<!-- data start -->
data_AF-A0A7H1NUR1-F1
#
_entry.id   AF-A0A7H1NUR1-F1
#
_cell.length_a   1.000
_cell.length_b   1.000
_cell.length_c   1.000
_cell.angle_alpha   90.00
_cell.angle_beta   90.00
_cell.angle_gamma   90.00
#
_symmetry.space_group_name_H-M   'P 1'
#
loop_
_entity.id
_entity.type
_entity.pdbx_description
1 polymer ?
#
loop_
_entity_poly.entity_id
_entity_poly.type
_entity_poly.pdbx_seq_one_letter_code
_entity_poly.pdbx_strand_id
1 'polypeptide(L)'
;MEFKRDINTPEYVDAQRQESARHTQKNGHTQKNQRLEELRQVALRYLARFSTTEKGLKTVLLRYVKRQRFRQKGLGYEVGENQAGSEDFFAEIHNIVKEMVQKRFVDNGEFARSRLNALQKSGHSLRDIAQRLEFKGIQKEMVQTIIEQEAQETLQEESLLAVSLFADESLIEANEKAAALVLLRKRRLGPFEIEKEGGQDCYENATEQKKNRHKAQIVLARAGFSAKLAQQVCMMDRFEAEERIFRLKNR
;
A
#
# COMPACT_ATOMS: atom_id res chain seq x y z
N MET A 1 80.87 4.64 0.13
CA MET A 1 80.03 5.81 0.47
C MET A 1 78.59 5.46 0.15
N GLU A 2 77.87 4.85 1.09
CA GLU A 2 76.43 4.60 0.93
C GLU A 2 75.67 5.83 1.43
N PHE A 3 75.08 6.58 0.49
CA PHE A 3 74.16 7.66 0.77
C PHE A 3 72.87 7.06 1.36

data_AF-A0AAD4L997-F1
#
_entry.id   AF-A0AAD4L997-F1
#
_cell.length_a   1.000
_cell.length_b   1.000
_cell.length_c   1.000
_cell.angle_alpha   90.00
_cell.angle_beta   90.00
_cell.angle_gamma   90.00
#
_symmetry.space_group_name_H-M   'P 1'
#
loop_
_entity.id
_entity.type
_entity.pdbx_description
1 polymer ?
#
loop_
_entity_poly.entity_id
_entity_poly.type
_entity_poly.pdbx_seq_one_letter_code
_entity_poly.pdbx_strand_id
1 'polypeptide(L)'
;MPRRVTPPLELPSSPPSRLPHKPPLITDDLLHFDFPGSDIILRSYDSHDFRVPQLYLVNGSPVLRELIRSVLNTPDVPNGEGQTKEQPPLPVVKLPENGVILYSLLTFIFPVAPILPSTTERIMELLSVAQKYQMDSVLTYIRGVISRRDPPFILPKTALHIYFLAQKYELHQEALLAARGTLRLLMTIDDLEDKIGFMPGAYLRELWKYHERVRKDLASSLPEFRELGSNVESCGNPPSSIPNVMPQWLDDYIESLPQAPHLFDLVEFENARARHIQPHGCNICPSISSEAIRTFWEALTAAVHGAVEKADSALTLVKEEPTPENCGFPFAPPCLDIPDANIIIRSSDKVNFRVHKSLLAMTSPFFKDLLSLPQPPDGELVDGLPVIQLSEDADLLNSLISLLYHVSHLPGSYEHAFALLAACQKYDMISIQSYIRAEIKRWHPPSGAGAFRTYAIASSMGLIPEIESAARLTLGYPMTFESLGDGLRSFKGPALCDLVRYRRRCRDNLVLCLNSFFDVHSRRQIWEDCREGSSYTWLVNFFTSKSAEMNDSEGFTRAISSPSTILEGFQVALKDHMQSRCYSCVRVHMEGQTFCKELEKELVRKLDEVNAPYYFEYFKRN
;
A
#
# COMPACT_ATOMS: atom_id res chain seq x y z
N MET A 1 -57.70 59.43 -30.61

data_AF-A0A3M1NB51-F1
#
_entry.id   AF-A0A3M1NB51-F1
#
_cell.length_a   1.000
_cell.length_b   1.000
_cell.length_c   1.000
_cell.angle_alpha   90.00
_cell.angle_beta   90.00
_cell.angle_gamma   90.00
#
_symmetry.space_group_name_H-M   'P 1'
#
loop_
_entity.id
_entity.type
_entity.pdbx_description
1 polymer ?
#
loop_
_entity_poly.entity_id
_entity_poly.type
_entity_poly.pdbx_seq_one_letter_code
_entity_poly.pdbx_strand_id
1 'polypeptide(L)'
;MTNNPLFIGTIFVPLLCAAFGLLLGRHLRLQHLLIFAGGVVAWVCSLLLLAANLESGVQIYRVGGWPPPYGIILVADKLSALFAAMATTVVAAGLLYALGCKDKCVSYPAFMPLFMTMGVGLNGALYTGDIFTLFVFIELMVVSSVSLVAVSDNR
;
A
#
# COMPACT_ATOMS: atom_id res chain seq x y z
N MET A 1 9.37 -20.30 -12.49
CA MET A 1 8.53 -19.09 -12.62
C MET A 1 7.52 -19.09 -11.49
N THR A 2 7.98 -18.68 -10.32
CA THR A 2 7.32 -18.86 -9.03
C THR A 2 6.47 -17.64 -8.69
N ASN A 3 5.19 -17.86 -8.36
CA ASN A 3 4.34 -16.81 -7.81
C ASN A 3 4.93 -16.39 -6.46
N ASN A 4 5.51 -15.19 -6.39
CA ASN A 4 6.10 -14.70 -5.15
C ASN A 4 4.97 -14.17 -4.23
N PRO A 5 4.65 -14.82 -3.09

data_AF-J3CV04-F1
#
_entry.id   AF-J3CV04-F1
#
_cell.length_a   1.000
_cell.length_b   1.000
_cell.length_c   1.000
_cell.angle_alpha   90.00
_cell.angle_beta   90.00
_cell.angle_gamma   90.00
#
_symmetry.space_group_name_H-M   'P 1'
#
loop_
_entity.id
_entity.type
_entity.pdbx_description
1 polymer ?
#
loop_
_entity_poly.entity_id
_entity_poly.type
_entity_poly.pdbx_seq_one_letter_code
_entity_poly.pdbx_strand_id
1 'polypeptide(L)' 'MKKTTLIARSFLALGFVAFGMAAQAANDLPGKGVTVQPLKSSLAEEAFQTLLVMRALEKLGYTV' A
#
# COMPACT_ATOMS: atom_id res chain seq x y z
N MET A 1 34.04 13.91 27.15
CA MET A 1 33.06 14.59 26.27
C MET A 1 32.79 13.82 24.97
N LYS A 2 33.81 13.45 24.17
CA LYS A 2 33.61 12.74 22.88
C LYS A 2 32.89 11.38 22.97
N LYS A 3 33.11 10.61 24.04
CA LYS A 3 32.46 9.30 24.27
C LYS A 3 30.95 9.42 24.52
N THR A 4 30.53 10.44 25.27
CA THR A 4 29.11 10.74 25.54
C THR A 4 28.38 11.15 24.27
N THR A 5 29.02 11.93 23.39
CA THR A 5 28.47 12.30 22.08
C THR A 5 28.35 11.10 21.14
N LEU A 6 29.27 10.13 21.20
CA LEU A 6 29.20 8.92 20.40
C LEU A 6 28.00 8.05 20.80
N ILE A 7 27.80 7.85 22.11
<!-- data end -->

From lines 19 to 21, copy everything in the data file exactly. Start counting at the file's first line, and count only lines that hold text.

#
loop_
_entity_poly.entity_id